Out of the Dark: Bringing Films to Light at the National Archives


The film you are watching is “The Negro
Soldier,” a 1944 documentary produced by the U.S. Army’s Special Services Division
and Hollywood’s famed director Frank Capra. The film chronicles accomplishments by African
Americans throughout American history, emphasizing their participation in U.S. armed conflicts
dating from the American Revolution to World War II. Although the order for the desegregation
of the military services did not occur until 1948 and took many years to implement, “The
Negro Soldier” represents an early effort by the Army to use film to show the significant
contributions of African Americans to the U.S. war effort. In 2011 “The Negro Soldier”
was chosen to be preserved in the National Film Registry of the Library of Congress. This film’s place in history was ensured
by the specialized work of the Motion Picture, Sound, and Video Office and the Special Media
Preservation Laboratory of the National Archives and Records Administration. We are the caretakers
of one of the largest audiovisual collections in the United States, and whether it’s footage
of the Bay of Pigs invasion, sound recordings of the interrogation of Nazi war criminals,
or a documentary film on the apprehension of Bonnie & Clyde, it’s our mission to preserve
and make available to the public our government’s historic images and sounds. In order to see how this is done, we’ll
follow the lifecycle of the classic documentary film “The Negro Soldier,” from the time
of its arrival at the Archives to its place on the shelf of the Research Room as well
as into our online catalog, where it will be available to researchers both here in the
United States and around the globe. The processing work begins when the accession
containing “The Negro Soldier” arrives at the Archives and the film cans are unboxed. Some government agencies send thousands of
films at the same time, and other times we only get a few. And you never know what you’re
going to find. Sometimes the boxes are filled with old, rusty, metal film cans with no identification,
and other times the films are neatly packed in a box with a full list of titles and film
formats, and — if we’re really, really lucky – a full set of descriptions. After initial appraisal agreements are finalized
between the Archives and the federal agencies that created them, we use our own established
criteria in our evaluation of each film. This helps us make retention and disposal decisions,
for example: Does the film document important activities of the agency? Is this a film that
would exist at another library or archive? Are important people captured in the movie?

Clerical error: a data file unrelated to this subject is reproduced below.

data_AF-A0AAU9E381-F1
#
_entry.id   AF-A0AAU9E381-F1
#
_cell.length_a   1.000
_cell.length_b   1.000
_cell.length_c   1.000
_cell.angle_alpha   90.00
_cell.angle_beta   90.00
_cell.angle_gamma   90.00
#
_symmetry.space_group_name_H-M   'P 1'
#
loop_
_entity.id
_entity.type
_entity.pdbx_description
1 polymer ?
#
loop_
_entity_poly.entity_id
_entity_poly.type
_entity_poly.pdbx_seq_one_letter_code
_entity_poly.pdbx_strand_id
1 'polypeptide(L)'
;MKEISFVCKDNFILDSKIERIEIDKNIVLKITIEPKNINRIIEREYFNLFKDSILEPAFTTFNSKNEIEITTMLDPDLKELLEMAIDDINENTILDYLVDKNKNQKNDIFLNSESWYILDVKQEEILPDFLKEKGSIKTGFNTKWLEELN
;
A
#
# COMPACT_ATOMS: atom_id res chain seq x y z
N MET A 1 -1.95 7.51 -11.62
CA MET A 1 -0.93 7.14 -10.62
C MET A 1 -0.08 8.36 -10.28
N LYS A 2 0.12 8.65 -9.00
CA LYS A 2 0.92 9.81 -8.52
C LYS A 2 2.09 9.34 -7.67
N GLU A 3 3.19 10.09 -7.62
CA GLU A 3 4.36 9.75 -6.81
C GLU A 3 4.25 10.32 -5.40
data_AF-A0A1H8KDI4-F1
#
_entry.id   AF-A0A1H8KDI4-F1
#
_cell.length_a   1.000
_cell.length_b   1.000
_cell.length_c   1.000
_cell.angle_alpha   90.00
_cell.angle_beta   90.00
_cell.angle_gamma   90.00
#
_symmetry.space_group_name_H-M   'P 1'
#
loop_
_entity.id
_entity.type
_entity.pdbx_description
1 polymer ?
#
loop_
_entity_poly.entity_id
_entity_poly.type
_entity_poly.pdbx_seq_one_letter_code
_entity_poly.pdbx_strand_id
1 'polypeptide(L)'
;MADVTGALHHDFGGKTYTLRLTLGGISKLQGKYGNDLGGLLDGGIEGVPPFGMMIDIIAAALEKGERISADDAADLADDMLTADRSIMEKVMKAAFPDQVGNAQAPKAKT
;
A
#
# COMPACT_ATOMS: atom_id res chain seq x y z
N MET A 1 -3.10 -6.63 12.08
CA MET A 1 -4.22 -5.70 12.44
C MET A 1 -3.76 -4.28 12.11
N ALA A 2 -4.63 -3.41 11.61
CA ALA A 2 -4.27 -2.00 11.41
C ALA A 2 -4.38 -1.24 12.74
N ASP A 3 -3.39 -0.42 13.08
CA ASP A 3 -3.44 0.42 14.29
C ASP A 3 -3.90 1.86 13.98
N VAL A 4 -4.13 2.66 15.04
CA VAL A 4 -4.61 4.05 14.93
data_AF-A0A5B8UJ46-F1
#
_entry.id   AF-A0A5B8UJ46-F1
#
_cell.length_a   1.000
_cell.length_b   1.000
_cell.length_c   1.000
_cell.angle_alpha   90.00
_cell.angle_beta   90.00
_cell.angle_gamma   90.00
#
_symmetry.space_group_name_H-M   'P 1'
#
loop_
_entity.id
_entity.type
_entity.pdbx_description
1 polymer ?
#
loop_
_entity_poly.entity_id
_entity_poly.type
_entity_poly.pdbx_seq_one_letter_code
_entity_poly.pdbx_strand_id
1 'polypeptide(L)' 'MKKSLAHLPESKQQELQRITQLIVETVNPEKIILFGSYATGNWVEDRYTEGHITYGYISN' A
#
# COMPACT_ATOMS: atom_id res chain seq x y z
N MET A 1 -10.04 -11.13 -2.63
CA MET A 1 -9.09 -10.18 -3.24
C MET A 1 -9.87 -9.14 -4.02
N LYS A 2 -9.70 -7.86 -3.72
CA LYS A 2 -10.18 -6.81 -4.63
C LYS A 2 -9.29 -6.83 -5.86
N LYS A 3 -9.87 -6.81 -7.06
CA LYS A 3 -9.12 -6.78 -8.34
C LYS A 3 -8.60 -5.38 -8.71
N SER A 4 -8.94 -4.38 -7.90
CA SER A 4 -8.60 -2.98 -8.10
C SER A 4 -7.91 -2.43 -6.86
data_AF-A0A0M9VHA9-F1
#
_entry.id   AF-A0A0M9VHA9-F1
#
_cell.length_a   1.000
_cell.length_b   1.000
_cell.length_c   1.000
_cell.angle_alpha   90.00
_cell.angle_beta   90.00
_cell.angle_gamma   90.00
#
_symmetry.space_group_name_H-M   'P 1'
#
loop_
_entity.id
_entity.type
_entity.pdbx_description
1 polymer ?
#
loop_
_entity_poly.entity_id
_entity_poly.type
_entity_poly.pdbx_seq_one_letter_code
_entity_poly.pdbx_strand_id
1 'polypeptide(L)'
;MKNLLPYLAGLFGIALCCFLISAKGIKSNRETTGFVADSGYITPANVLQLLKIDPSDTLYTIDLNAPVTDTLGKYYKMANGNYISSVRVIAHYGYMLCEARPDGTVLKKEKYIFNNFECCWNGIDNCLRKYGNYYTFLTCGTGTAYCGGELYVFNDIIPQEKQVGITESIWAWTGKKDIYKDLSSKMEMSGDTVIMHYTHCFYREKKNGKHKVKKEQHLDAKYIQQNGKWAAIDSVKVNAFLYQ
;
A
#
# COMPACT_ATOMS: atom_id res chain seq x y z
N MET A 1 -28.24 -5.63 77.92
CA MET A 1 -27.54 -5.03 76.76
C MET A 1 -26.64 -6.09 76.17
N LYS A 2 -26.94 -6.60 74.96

These are all the kinds of things we take into consideration. The first step in the processing workflow
is to identify the title of the film, see if it exists anywhere else in our holdings,
gather together all the film’s elements and label them with an identifying number
that will remain with all components of the film when it is later re-canned, shelved,
and catalogued. An inventory is drawn up that captures all this information. What makes motion picture processing unique
– and complicated – is that a single film may not just be a single reel. A movie may
often have its visuals on several reels, with its narration and music track also on several
reels. So a single film can have enough separate components to take up one or two boxes! Now
in the case of “The Negro Soldier,” we have a film that plays out over five reels,
with its soundtrack and its visuals combined on a single strip of film. Our film is now ready for its next destination
– the Preservation Laboratory. Welcome to the Motion Picture Preservation
Lab. We have six enthusiastic staff members with the specialized skills that enable the
National Archives to preserve and protect America’s historic motion picture collection. To do this, we evaluate the condition of our
original films, and prepare them for cold storage so that we can keep them as long as
possible. We copy to newer film stock or digital formats when deterioration of the original
puts the images at risk of being lost. Every day, we handle films that might not exist
if care had not been taken to retain and preserve them. We work on material that covers a wide
range of content and condition, from deteriorated 16mm color footage from World War II to pristine
camera negatives shot for educational films in the 1980s. Today, we’re working on The
Negro Soldier. When we inspect films, we’re looking for
signs of deterioration. We’re measuring acidity levels and shrinkage.
We make repairs so that the film will be ready to be transferred or played. Sometimes we
end up spending an entire day repairing a single reel of film. We’re also identifying
the film elements so that we can make sure that the originals are given the highest level
of protection and that only duplicate copies are available in the research room. We inspect about 4 million feet of film a
year, but even at that rate, it would take almost 300 years for us to look at every reel
in the collection. As long as we can purchase film stock, we’ll
continue to do film to film preservation. Digital is a great tool for providing access
and doing restoration work, but it’s not a great tool for long-term preservation. Whether we’re going from film to film or